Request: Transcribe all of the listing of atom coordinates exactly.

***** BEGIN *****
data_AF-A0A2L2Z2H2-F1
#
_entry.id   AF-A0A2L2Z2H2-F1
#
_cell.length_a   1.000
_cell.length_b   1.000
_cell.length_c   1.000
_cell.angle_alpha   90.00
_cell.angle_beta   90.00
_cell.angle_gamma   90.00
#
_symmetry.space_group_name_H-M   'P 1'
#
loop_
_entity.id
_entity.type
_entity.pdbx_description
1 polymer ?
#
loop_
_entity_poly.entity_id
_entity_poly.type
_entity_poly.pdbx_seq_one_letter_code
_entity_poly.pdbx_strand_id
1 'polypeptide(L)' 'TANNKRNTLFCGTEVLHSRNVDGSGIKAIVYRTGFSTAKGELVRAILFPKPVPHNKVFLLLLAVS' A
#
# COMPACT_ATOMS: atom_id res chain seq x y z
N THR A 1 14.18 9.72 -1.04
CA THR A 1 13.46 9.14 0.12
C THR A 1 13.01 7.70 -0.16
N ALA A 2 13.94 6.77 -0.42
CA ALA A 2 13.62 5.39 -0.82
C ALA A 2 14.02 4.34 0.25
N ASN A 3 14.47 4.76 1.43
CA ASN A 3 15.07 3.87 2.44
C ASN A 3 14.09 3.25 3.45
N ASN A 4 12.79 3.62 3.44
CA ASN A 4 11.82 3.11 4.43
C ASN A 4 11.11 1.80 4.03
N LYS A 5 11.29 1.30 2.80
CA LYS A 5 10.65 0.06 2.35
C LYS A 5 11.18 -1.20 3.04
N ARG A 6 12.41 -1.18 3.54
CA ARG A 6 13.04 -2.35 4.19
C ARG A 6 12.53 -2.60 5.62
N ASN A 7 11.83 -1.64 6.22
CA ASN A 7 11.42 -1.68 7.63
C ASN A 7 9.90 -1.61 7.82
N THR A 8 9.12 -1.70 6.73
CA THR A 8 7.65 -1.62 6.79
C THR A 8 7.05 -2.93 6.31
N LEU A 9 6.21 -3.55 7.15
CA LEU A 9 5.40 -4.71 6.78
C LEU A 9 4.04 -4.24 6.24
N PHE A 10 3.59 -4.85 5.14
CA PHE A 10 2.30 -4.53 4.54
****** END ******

data_AF-A0A2L2Z2H2-F1
#
_entry.id   AF-A0A2L2Z2H2-F1
#
_cell.length_a   1.000
_cell.length_b   1.000
_cell.length_c   1.000
_cell.angle_alpha   90.00
_cell.angle_beta   90.00
_cell.angle_gamma   90.00
#
_symmetry.space_group_name_H-M   'P 1'
#
loop_
_entity.id
_entity.type
_entity.pdbx_description
1 polymer ?
#
loop_
_entity_poly.entity_id
_entity_poly.type
_entity_poly.pdbx_seq_one_letter_code
_entity_poly.pdbx_strand_id
1 'polypeptide(L)' 'TANNKRNTLFCGTEVLHSRNVDGSGIKAIVYRTGFSTAKGELVRAILFPKPVPHNKVFLLLLAVS' A
#
# COMPACT_ATOMS: atom_id res chain seq x y z
N THR A 1 14.18 9.72 -1.04
CA THR A 1 13.46 9.14 0.12
C THR A 1 13.01 7.70 -0.16
N ALA A 2 13.94 6.77 -0.42
CA ALA A 2 13.62 5.39 -0.82
C ALA A 2 14.02 4.34 0.25
N ASN A 3 14.47 4.76 1.43
CA ASN A 3 15.07 3.87 2.44
C ASN A 3 14.09 3.25 3.45
N ASN A 4 12.79 3.62 3.44
CA ASN A 4 11.82 3.11 4.43
C ASN A 4 11.11 1.80 4.03
N LYS A 5 11.29 1.30 2.80
CA LYS A 5 10.65 0.06 2.35
C LYS A 5 11.18 -1.20 3.04
N ARG A 6 12.41 -1.18 3.54
CA ARG A 6 13.04 -2.35 4.19
C ARG A 6 12.53 -2.60 5.62
N ASN A 7 11.83 -1.64 6.22
CA ASN A 7 11.42 -1.68 7.63
C ASN A 7 9.90 -1.61 7.82
N THR A 8 9.12 -1.70 6.73
CA THR A 8 7.65 -1.62 6.79
C THR A 8 7.05 -2.93 6.31
N LEU A 9 6.21 -3.55 7.15
CA LEU A 9 5.40 -4.71 6.78
C LEU A 9 4.04 -4.24 6.24
N PHE A 10 3.59 -4.85 5.14
CA PHE A 10 2.30 -4.53 4.54